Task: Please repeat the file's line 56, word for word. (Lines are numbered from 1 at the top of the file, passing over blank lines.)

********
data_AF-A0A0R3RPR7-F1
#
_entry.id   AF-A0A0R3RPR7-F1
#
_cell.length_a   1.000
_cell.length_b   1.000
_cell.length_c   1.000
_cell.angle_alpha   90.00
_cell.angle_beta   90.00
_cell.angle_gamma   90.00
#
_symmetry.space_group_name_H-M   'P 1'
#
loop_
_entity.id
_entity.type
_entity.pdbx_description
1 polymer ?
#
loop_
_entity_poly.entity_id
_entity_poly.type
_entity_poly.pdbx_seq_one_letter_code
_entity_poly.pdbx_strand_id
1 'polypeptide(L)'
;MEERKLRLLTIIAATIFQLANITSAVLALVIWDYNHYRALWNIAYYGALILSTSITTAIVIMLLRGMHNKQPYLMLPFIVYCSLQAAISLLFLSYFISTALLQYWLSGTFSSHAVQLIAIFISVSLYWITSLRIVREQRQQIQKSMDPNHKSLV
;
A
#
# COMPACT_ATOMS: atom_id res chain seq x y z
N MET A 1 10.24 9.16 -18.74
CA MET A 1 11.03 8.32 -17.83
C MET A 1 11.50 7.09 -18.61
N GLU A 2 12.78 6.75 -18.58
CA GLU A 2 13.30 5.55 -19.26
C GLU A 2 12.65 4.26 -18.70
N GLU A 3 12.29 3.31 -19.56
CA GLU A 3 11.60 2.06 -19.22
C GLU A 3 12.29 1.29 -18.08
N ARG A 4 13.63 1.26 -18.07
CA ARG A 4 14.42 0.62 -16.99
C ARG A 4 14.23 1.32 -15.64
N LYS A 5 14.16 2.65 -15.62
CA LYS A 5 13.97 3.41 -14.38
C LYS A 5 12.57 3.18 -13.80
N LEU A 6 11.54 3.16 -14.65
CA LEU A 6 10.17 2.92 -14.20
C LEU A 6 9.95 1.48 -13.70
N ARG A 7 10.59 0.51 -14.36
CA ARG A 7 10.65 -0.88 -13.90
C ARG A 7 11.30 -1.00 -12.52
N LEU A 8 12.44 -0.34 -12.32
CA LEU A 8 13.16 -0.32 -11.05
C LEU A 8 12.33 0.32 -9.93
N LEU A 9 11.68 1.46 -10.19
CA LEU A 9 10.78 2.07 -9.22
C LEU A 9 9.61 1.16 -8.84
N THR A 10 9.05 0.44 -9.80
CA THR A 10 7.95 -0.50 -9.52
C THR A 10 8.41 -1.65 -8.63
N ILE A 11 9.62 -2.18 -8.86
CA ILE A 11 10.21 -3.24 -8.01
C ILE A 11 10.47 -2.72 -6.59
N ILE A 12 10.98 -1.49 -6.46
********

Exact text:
CA LEU A 9 10.78 2.07 -9.22